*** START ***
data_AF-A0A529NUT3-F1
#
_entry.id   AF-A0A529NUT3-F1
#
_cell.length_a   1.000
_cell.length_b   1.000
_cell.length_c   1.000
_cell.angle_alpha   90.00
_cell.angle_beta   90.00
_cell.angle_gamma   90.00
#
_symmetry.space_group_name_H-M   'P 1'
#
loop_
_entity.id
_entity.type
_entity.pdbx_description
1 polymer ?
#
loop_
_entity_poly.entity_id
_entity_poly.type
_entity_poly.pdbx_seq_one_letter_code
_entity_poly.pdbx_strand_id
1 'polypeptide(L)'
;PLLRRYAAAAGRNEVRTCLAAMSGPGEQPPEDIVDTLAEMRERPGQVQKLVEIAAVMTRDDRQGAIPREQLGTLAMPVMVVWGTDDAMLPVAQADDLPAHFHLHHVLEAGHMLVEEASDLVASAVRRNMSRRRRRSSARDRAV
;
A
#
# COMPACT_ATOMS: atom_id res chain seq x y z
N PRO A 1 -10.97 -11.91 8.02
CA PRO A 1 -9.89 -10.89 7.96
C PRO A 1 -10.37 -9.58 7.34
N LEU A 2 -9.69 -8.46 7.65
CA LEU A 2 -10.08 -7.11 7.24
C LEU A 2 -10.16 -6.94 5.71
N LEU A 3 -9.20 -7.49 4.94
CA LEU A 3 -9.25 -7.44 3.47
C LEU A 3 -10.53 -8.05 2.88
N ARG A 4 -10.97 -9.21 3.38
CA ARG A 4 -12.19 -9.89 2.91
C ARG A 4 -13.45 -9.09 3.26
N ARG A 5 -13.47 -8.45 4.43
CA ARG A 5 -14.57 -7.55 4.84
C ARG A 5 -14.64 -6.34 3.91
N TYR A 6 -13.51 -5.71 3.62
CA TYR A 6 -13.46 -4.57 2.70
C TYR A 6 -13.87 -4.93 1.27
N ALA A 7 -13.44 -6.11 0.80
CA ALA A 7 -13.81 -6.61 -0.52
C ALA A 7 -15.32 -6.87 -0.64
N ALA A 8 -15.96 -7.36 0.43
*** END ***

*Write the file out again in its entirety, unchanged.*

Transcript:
data_AF-A0A529NUT3-F1
#
_entry.id   AF-A0A529NUT3-F1
#
_cell.length_a   1.000
_cell.length_b   1.000
_cell.length_c   1.000
_cell.angle_alpha   90.00
_cell.angle_beta   90.00
_cell.angle_gamma   90.00
#
_symmetry.space_group_name_H-M   'P 1'
#
loop_
_entity.id
_entity.type
_entity.pdbx_description
1 polymer ?
#
loop_
_entity_poly.entity_id
_entity_poly.type
_entity_poly.pdbx_seq_one_letter_code
_entity_poly.pdbx_strand_id
1 'polypeptide(L)'
;PLLRRYAAAAGRNEVRTCLAAMSGPGEQPPEDIVDTLAEMRERPGQVQKLVEIAAVMTRDDRQGAIPREQLGTLAMPVMVVWGTDDAMLPVAQADDLPAHFHLHHVLEAGHMLVEEASDLVASAVRRNMSRRRRRSSARDRAV
;
A
#
# COMPACT_ATOMS: atom_id res chain seq x y z
N PRO A 1 -10.97 -11.91 8.02
CA PRO A 1 -9.89 -10.89 7.96
C PRO A 1 -10.37 -9.58 7.34
N LEU A 2 -9.69 -8.46 7.65
CA LEU A 2 -10.08 -7.11 7.24
C LEU A 2 -10.16 -6.94 5.71
N LEU A 3 -9.20 -7.49 4.94
CA LEU A 3 -9.25 -7.44 3.47
C LEU A 3 -10.53 -8.05 2.88
N ARG A 4 -10.97 -9.21 3.38
CA ARG A 4 -12.19 -9.89 2.91
C ARG A 4 -13.45 -9.09 3.26
N ARG A 5 -13.47 -8.45 4.43
CA ARG A 5 -14.57 -7.55 4.84
C ARG A 5 -14.64 -6.34 3.91
N TYR A 6 -13.51 -5.71 3.62
CA TYR A 6 -13.46 -4.57 2.70
C TYR A 6 -13.87 -4.93 1.27
N ALA A 7 -13.44 -6.11 0.80
CA ALA A 7 -13.81 -6.61 -0.52
C ALA A 7 -15.32 -6.87 -0.64
N ALA A 8 -15.96 -7.36 0.43